Full disclosure: In the summer of 2006, Cutler was a rookie on the Denver Broncos team I joined, as a placekicker, to write a book about the NFL. It was obvious even to amateur eyes like mine that Cutler had enormous potential as a quarterback: confidence, strength, an easy understanding of playbook complexities, an innate sense of the geometry of the field. As a person, I didn't like him much: He was laconic, unfriendly, sometimes immaturely rude. The bored, eye-rolling, smirking entitlement bugged me, and not only me. When Cutler's rabbi, head coach Mike Shanahan, was fired after the 2008 season, new coach Josh McDaniels clashed with the QB and traded him to Chicago. * Now Cutler is in the NFC Championship Game. McDaniels is looking for a new job. Point, Cutler.
Cutler made quick work of the suddenly irrelevant Seattle Seahawks over the weekend. Given time in the pocket, he demonstrated an ability to work through progressions, locate open receivers, and zing the ball into their chest cavities. He showed his mobility and power, running for one touchdown and sneaking in for another. He also showed his personality. He tugged on his jersey and barked at the refs over a non-call. After his rushing TD, when his momentum carried him to the seats, he didn't stop even for a second to celebrate with the home fans.
I stopped liking Rick Reilly's work around 1999, but he got Cutler exactly right in a column on ESPN.com last week. Petulant? Check. Snarky? Check. Dismissive? Check. Does that make Jay Cutler a bad guy unworthy of support? If, as a fan, an athlete's personality factors into your allegiance, or your decision to buy a replica jersey, absolutely. (If, as a reporter covering the Bears, you're willing to overlook a player's personal flaws when the team is succeeding, apparently not.) Cutler doesn't have to be a bubble-wrapped pitchman to be a great NFL quarterback. He certainly doesn't have to be cordial to reporters, who do ask inane questions sometimes, or even consort with fans in the end zone. Human nature may argue otherwise, but he doesn't even have to care whether those constituents like him or not. He just has to keep winning.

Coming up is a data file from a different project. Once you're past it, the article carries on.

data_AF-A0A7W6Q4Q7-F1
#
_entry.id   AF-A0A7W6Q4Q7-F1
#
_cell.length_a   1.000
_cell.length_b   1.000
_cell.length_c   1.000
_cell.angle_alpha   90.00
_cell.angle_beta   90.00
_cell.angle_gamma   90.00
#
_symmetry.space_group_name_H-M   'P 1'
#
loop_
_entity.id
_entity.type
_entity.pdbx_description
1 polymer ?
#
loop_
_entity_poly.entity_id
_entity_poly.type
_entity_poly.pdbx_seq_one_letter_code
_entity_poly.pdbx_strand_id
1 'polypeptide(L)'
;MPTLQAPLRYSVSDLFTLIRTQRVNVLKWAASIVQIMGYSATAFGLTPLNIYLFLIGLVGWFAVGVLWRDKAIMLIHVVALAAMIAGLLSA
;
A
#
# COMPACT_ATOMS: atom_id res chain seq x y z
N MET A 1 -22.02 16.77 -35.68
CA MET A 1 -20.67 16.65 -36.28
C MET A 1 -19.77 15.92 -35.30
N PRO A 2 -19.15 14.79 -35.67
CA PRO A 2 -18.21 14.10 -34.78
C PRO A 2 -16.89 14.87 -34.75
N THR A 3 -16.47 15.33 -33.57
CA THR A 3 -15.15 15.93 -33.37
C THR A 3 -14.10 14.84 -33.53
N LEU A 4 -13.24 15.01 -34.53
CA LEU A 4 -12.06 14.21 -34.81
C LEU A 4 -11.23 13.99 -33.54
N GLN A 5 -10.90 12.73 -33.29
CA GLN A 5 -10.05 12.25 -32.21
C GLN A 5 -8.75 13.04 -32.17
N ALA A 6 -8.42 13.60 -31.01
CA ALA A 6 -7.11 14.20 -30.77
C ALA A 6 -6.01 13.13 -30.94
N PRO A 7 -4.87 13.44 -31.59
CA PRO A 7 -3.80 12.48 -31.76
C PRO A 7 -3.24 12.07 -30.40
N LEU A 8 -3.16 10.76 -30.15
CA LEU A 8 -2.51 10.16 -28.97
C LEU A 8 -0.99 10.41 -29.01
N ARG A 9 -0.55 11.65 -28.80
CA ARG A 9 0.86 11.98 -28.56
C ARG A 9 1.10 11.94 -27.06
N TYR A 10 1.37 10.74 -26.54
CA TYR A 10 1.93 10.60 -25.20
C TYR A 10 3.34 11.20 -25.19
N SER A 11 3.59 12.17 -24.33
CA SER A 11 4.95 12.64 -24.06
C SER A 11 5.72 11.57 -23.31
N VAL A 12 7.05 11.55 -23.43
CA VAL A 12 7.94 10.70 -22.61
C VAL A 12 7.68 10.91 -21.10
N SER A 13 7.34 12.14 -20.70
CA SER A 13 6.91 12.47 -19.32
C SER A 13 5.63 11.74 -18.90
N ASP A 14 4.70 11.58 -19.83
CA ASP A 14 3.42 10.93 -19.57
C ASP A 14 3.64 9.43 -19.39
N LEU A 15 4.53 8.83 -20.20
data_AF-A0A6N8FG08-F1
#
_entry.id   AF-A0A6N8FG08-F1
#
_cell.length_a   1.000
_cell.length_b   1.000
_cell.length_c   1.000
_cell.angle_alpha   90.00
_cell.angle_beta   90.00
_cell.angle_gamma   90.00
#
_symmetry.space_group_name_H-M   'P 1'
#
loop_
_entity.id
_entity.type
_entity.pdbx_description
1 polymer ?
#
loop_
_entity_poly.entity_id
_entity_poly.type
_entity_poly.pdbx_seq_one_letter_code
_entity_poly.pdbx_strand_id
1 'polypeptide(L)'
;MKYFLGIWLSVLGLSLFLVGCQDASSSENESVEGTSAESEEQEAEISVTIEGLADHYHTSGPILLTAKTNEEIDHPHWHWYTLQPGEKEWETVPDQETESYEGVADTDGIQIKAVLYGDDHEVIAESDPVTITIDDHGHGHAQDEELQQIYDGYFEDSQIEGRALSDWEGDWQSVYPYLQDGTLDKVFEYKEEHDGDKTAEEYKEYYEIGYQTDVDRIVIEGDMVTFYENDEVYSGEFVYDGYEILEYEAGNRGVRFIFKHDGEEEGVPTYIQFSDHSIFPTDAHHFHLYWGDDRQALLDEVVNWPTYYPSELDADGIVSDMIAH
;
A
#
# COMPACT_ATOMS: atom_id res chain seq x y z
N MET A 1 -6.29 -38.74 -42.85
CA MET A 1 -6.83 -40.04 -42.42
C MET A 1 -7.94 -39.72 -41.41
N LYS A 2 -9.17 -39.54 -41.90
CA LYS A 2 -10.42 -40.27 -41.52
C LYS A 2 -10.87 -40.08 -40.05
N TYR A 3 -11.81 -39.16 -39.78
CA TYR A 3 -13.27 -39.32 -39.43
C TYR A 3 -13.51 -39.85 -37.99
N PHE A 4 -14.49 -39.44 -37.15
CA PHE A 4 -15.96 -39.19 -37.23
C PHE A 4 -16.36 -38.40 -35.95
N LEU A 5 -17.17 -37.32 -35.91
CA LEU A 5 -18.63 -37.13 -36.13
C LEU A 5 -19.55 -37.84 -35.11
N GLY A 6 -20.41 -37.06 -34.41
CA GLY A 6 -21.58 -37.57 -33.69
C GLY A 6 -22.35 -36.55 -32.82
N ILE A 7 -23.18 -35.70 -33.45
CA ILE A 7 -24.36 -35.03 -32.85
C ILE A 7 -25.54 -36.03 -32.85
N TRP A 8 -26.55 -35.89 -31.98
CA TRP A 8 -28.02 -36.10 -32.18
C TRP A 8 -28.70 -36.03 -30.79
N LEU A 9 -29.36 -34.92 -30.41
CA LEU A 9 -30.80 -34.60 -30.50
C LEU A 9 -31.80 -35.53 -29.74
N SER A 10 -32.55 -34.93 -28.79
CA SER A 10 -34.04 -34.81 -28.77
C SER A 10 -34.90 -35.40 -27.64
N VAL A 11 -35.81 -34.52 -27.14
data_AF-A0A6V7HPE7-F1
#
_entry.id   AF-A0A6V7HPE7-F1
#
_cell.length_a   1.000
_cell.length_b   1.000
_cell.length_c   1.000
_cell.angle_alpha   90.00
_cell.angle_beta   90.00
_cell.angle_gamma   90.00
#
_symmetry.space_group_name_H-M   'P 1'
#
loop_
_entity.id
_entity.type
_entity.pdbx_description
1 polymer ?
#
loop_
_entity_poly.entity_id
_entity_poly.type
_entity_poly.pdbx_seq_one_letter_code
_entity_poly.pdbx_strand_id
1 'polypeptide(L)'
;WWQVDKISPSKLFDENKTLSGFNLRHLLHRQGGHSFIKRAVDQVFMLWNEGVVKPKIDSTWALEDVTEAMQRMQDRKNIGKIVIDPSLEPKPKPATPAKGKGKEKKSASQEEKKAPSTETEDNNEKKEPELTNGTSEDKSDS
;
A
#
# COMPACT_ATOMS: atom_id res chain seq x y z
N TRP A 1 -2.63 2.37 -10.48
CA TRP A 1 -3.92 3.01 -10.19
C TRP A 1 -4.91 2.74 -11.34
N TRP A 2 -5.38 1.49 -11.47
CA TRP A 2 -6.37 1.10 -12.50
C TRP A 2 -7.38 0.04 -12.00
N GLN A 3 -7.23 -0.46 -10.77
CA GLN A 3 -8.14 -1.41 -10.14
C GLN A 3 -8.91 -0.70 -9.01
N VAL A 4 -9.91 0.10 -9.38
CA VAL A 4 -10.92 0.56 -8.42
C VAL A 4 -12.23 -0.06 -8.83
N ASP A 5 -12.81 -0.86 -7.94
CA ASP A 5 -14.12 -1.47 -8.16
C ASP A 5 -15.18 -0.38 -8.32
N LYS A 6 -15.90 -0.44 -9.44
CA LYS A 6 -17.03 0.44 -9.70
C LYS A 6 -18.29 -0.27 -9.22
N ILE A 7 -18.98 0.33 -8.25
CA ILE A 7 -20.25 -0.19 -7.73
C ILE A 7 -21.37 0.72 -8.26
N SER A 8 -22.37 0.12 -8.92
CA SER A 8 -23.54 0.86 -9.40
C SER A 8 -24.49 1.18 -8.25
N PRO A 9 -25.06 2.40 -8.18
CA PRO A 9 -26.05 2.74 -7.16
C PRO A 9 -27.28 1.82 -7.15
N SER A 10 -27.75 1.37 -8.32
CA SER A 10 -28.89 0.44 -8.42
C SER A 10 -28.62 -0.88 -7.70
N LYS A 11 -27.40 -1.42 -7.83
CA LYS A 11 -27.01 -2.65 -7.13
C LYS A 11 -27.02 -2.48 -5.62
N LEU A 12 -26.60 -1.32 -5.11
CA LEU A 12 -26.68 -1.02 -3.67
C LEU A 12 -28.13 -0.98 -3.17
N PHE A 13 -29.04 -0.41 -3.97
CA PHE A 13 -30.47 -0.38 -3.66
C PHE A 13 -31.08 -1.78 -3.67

If I hadn't spent time with and around Cutler, I'd probably defend his indifference to all nonessential football matters as a reasonable, and possibly even sensible, response to the irrational passions of fans and media alike. But I did. And I also think athletes, no matter their real feelings, should answer questions respectfully and maybe even thoughtfully—especially The Quarterbacks. It's part of the deal, and really not that difficult. At this point in my life, I mostly just enjoy watching gifted athletes do amazing things (and then scream in exultation). But this Sunday I'll root for Aaron Rodgers to fell both Jay Cutler and the ghost of Brett Favre in one mighty swoop.
Nate, you had a bon mot for every reporter in the Denver clubhouse. And you caught a few passes from Cutler. And you were on a team that reached a conference championship game. Who among our heterogeneous quartet of quarterbacks has what it takes to reach the North Texas Super Bowl?
Correction, Jan. 18, 2011: This piece originally said the Denver Broncos fired coach Mike Shanahan after the 2007 season. He was fired after the 2008 season. ( Return to the corrected sentence.)